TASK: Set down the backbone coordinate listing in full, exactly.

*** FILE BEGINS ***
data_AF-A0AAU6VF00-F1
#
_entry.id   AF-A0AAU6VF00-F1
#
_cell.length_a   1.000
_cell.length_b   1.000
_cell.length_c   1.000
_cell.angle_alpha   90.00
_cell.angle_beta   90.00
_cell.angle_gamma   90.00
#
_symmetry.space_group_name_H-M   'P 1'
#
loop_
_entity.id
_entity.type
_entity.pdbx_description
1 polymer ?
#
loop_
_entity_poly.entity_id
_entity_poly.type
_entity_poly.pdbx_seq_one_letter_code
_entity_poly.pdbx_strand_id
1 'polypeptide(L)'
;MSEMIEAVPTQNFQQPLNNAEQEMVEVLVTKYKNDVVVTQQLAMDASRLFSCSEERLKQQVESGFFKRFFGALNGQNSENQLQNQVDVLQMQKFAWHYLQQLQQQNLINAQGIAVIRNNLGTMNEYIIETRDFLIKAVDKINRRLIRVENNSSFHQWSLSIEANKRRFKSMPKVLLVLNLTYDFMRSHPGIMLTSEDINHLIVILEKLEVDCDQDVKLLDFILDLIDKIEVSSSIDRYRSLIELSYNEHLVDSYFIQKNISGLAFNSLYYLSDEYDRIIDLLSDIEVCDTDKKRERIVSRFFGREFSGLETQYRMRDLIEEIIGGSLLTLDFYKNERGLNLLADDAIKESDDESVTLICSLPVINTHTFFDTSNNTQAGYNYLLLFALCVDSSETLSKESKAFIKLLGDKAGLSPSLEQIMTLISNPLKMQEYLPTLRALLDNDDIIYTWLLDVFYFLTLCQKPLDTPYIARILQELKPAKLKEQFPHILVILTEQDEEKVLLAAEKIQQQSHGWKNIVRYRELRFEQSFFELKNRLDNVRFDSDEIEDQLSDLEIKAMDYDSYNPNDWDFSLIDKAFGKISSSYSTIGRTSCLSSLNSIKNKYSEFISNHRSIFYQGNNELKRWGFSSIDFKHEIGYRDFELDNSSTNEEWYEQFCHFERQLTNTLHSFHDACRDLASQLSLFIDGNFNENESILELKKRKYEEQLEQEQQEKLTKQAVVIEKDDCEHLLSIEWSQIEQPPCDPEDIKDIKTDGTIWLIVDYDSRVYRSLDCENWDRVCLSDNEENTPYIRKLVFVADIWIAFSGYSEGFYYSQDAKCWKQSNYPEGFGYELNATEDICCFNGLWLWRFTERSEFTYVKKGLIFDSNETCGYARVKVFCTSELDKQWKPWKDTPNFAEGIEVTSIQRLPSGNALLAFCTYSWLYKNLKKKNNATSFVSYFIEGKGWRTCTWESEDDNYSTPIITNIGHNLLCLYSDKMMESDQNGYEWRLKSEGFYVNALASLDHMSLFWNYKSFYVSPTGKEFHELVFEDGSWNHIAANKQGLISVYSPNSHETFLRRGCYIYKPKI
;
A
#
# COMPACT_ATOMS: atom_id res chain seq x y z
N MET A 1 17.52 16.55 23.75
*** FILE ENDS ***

data_AF-A0AAU6VF00-F1
#
_entry.id   AF-A0AAU6VF00-F1
#
_cell.length_a   1.000
_cell.length_b   1.000
_cell.length_c   1.000
_cell.angle_alpha   90.00
_cell.angle_beta   90.00
_cell.angle_gamma   90.00
#
_symmetry.space_group_name_H-M   'P 1'
#
loop_
_entity.id
_entity.type
_entity.pdbx_description
1 polymer ?
#
loop_
_entity_poly.entity_id
_entity_poly.type
_entity_poly.pdbx_seq_one_letter_code
_entity_poly.pdbx_strand_id
1 'polypeptide(L)'
;MSEMIEAVPTQNFQQPLNNAEQEMVEVLVTKYKNDVVVTQQLAMDASRLFSCSEERLKQQVESGFFKRFFGALNGQNSENQLQNQVDVLQMQKFAWHYLQQLQQQNLINAQGIAVIRNNLGTMNEYIIETRDFLIKAVDKINRRLIRVENNSSFHQWSLSIEANKRRFKSMPKVLLVLNLTYDFMRSHPGIMLTSEDINHLIVILEKLEVDCDQDVKLLDFILDLIDKIEVSSSIDRYRSLIELSYNEHLVDSYFIQKNISGLAFNSLYYLSDEYDRIIDLLSDIEVCDTDKKRERIVSRFFGREFSGLETQYRMRDLIEEIIGGSLLTLDFYKNERGLNLLADDAIKESDDESVTLICSLPVINTHTFFDTSNNTQAGYNYLLLFALCVDSSETLSKESKAFIKLLGDKAGLSPSLEQIMTLISNPLKMQEYLPTLRALLDNDDIIYTWLLDVFYFLTLCQKPLDTPYIARILQELKPAKLKEQFPHILVILTEQDEEKVLLAAEKIQQQSHGWKNIVRYRELRFEQSFFELKNRLDNVRFDSDEIEDQLSDLEIKAMDYDSYNPNDWDFSLIDKAFGKISSSYSTIGRTSCLSSLNSIKNKYSEFISNHRSIFYQGNNELKRWGFSSIDFKHEIGYRDFELDNSSTNEEWYEQFCHFERQLTNTLHSFHDACRDLASQLSLFIDGNFNENESILELKKRKYEEQLEQEQQEKLTKQAVVIEKDDCEHLLSIEWSQIEQPPCDPEDIKDIKTDGTIWLIVDYDSRVYRSLDCENWDRVCLSDNEENTPYIRKLVFVADIWIAFSGYSEGFYYSQDAKCWKQSNYPEGFGYELNATEDICCFNGLWLWRFTERSEFTYVKKGLIFDSNETCGYARVKVFCTSELDKQWKPWKDTPNFAEGIEVTSIQRLPSGNALLAFCTYSWLYKNLKKKNNATSFVSYFIEGKGWRTCTWESEDDNYSTPIITNIGHNLLCLYSDKMMESDQNGYEWRLKSEGFYVNALASLDHMSLFWNYKSFYVSPTGKEFHELVFEDGSWNHIAANKQGLISVYSPNSHETFLRRGCYIYKPKI
;
A
#
# COMPACT_ATOMS: atom_id res chain seq x y z
N MET A 1 17.52 16.55 23.75